Andrea: There was a connection with the music, the way Marco – the bass player and main songwriter for the music – was coming up with a lot of songs without thinking too much, without putting too many barriers into where it was going with the music. If there was an extreme song, he was pushing the extreme double-bass or whatever for the rhythmical parts for the song, or it was going in a completely different direction, so the songwriting itself was also not crazy, but very free, without too many preconceptions, without worrying too much about being what we’ve always been as a band, without worry that this is too heavy, this is too crazy. So it fit perfectly with the mood of the project.

You’ve said that you’ve visited some of these old, abandoned asylums, and I’ve heard they can be really dangerous to enter – did you have any problems with them falling apart on your visits?
Cristina: It was dangerous, at least in one of them, because in theory we were not supposed to get in. It’s a closed area, around a huge hospital, out of Milano. So you can still enter even if you’re not supposed to get in, but the times we went in we did it in a very respectful way. It was more pure curiosity, call it morbid a little bit, but it is still fascinating.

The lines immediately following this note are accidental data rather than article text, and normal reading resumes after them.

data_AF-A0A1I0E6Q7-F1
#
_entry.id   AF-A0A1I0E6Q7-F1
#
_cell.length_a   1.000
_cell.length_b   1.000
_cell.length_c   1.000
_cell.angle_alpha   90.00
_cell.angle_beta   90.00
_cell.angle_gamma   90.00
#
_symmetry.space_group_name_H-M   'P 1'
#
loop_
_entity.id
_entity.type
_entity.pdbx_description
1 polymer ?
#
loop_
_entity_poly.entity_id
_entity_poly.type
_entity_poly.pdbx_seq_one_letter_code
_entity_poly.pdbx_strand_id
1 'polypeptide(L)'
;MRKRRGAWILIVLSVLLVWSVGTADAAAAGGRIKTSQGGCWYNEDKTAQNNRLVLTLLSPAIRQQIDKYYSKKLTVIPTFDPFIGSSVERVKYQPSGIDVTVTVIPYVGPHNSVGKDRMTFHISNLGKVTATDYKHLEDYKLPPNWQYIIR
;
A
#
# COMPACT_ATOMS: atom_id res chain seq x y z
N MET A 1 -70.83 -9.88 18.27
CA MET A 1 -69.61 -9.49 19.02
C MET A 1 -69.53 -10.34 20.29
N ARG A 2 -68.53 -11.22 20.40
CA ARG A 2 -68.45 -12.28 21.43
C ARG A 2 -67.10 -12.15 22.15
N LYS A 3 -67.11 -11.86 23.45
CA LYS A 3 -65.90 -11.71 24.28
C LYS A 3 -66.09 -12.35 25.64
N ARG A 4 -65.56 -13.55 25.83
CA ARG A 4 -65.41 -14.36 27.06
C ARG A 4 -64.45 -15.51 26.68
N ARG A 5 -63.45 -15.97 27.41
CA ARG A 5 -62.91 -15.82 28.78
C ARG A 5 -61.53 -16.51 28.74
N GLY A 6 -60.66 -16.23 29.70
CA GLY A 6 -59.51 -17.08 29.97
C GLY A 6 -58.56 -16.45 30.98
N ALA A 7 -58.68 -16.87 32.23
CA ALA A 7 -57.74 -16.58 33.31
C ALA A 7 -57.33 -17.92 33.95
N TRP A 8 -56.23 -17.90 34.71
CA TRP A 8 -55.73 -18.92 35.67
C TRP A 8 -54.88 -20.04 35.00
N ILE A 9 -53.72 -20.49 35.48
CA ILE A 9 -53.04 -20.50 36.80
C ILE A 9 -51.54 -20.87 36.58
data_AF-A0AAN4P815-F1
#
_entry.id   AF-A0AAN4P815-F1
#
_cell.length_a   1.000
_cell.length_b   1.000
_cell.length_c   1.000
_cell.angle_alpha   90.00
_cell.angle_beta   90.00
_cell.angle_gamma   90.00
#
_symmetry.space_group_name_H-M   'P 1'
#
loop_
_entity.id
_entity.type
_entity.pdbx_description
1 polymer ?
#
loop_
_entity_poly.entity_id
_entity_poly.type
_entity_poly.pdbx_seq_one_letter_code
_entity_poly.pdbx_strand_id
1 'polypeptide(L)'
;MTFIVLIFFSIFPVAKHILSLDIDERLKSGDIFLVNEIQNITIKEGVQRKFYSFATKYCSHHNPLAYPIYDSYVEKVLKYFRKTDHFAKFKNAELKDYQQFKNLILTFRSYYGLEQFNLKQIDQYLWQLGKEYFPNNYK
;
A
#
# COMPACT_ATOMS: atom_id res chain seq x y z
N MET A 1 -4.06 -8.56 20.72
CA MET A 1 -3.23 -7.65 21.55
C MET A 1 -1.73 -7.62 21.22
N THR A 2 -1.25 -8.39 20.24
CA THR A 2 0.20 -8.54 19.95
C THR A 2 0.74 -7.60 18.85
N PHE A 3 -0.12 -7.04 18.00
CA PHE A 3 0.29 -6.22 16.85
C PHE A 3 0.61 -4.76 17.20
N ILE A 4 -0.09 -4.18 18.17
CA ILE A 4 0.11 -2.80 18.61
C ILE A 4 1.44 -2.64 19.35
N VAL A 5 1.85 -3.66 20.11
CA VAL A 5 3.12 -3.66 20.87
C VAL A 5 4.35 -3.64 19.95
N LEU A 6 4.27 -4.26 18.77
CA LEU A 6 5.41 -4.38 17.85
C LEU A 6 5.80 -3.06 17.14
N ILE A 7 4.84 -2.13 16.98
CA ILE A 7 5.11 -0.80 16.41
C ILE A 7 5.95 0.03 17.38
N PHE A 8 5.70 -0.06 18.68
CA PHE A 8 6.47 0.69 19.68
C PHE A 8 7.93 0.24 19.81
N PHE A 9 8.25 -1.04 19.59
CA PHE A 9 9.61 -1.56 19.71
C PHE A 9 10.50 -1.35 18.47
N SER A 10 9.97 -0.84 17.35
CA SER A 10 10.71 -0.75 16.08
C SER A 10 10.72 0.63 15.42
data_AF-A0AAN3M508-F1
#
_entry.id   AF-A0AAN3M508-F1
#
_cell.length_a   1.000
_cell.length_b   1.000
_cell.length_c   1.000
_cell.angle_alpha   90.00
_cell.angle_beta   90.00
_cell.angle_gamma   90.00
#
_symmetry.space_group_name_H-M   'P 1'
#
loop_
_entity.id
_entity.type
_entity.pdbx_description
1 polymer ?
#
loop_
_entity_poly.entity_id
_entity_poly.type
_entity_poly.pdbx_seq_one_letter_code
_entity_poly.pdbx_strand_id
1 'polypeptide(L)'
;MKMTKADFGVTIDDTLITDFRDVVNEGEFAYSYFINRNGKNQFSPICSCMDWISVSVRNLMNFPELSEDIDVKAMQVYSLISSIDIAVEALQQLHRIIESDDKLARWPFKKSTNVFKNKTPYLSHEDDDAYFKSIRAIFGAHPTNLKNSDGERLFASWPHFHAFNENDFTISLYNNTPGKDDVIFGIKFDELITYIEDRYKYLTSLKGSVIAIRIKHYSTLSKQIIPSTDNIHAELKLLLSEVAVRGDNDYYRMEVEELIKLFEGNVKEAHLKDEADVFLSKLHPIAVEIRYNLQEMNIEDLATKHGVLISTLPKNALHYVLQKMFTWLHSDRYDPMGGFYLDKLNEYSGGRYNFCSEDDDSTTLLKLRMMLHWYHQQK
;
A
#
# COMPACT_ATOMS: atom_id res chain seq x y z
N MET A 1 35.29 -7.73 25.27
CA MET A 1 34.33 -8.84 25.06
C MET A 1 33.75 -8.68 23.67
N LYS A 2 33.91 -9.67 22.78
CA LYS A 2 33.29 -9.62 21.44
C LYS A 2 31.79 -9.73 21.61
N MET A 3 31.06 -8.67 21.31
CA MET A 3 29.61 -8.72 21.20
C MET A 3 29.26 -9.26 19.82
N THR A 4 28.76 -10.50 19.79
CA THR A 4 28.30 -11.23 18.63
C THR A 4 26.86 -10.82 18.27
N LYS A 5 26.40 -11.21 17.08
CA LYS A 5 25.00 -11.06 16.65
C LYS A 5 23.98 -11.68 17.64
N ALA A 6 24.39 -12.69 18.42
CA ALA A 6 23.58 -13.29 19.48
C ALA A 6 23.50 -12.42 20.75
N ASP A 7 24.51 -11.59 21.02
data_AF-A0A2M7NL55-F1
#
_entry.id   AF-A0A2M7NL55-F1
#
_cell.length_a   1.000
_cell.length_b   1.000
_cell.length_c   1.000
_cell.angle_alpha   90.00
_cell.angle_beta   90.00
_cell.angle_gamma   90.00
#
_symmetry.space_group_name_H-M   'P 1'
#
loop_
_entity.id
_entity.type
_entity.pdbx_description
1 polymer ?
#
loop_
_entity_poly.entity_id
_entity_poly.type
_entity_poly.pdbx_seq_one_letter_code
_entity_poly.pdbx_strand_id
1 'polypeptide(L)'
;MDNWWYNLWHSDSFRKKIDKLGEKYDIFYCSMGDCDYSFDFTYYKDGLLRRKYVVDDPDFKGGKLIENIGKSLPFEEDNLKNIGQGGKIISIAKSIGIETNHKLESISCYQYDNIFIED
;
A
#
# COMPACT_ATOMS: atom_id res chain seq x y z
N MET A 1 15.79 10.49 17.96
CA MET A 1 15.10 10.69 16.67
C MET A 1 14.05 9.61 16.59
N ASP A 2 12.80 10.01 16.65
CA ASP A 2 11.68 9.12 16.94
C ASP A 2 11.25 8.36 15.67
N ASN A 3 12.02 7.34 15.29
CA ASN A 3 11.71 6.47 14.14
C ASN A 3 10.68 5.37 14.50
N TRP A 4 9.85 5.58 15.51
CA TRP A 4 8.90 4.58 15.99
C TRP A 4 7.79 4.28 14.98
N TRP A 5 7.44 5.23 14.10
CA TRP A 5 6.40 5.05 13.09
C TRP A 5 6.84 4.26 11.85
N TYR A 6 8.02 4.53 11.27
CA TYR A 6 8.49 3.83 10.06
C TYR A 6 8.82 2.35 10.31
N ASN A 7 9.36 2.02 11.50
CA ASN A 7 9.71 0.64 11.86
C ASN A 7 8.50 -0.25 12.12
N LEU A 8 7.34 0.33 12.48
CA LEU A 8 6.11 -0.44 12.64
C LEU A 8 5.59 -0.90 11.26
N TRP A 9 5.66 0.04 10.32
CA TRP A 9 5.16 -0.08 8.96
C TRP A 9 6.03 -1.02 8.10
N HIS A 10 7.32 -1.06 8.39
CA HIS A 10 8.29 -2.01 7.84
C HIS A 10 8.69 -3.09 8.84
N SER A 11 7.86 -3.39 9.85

Creative research as well, perhaps?
Cristina: Yeah. And that actually happened way before we even thought about the concept for this record, so it’s not something we did after we thought about this record. We thought about the world of Delirium when we started to write the song, “Delirium”, and from there we started to think about… we were living the last couple of years and we said, “Hmm, we have a lot of things to say about this.”

You’ve said in other interviews that the new, heavier aspects of the album came quite organically, as opposed to being a conscious decision to go in a heavier direction. Were there any moments during the album making that really surprised you, where you were like, “Whoa, this is not where I expected this to go!”?
Cristina: Not something that surprised us, because I think that our music always incorporated different elements from more aggressive, heavier elements, to more melodic ones. Our music has always been a mix. Maybe for us it was… maybe it was more surprising for other people, let’s say, to hear what we had to offer with this record, as I think a lot of people were really surprised about the first song that we put out, “House of Shame.” I know for sure that we raised a lot of eyebrows, in a positive way, because they weren’t expecting something like this from us. So it’s not something that surprised us.